"The Appointments Committee is pleased to announce the call-back visit of a junior lateral candidate, * * * , on Thursday, March 20th. This position will be made available from joint funding from the Provost and the College of Medicine. Bob will provide additional details about how we acquired the position during his tea-time meeting in the faculty lounge at 3:00 p.m. tomorrow. If you’re unable to attend tomorrow’s session, please feel free to speak with * * * or me to learn more. "In the meantime, please mark your calendars and plan to attend the office interviews and job talk on the 20th. As always, thank you very much for your participation in our appointments efforts."
I made an email inquiry to the author of the email and asked two questions:
1. Are we looking for someone in the areas in which the candidate teaches.
2. Is this hiring based in some way on to whom the candidate is married.
The author did not respond but the dean did indicating it would all be explained at the Tea Time meeting.
Why would the University -- supposedly strapped for funds -- decide essentially on its own to hire someone for a area in which there is no need for teachers. In fact, in this area, law school enrollment is already so low that the School may have over committed to hiring in that area. This kind of like saying to the Law School "we are buying a new super duper movie Robotics machine for you even though you do not need one." Naturally, you understand this is all hypothetical.
It's either an example of having more money than you know what to do with or, YES-SIREE-BOB, the trailing spouse issue and yet another instance of salary laundering. Let's say the lead spouse is Phil and the trailer is Angie. So where is the equal opportunity here? Is it that everyone had an equal opportunity to hitch their wagon to Phil? Of course not. I guess Phil just gets to designate as part of his deal who else will be hired.
There are two things I do not understand about these things. First, why not give the 100K to Phil. If he would not come here without it, then it is part of his salary. (Antitrust experts who know about the single monopoly profit response tying arrangement will understand this.) In fact, from this angle it is really Phil hiring Angie since it is part of his compensation that will have her name written on the check. Phil and the University have agreed to launder some of his salary through Angie. The second question is where is Angie on this? Does Angie like being a conduit for some of Phil's salary? Or if she does not see it that way, how about just getting to cut in line to get something that others who did not marry Phil will never have the opportunity to get. Doe she cut off other drivers, cut in the movie line? What's the difference? It's all a version of feeling entitled.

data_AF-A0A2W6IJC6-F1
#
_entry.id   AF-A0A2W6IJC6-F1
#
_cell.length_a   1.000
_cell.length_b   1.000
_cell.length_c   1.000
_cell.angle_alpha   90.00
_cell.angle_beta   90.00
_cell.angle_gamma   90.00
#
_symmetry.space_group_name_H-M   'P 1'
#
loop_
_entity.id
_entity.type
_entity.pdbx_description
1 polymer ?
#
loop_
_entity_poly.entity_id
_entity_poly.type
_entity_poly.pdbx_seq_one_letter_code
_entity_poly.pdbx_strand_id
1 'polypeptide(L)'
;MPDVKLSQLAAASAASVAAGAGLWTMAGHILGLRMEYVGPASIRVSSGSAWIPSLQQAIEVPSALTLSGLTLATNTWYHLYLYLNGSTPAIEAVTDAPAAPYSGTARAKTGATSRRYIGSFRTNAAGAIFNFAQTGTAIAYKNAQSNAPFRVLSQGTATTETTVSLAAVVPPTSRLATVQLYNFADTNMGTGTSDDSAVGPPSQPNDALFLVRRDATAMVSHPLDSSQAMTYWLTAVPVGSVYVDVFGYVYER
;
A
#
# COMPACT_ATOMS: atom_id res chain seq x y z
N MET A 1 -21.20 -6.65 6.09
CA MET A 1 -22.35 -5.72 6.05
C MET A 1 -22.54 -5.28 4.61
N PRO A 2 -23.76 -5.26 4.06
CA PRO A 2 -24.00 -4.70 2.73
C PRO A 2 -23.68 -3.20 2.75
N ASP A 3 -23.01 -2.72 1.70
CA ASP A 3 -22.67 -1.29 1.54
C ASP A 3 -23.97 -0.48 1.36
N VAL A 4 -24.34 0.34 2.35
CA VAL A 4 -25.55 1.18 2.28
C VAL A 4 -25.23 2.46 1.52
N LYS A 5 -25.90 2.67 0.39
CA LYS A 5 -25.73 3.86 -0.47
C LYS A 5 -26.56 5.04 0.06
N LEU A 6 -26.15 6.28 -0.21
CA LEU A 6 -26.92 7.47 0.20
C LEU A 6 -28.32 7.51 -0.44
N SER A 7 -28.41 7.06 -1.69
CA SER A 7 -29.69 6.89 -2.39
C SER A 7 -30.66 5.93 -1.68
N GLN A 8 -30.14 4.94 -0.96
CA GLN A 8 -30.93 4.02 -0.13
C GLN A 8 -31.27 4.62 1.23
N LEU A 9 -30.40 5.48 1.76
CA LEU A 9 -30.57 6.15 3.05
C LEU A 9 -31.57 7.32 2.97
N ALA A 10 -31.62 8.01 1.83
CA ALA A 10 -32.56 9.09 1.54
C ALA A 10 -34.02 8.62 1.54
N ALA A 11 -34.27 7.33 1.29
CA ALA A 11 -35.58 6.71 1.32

Now it could be that a school is out there who is really looking for someone in both fields and both are highly qualified. I've seen those cases and it can be fine. In fact, being a large school means being able to make offers to people who otherwise might not find jobs in the same area. But suppose the school had completely different hiring needs.
But remember this is all 100% hypothetical.
Friday, March 07, 2014
Law professors have a odd relationship with the law. For them it does not just exist but it is something to be reckoned with. Sometimes it's something to work around and sometimes it is an ally. Take the recent dean search at my school. The search was subject to all kinds of openness requirements -- meetings, documents, notice and so on.
When the faculty first met with the Chair of the search committee, who indicated that the initial part of the search would be conducted by an outside search firm, there were all kinds of serious and important comments about whether the law with respect to openness was being observed.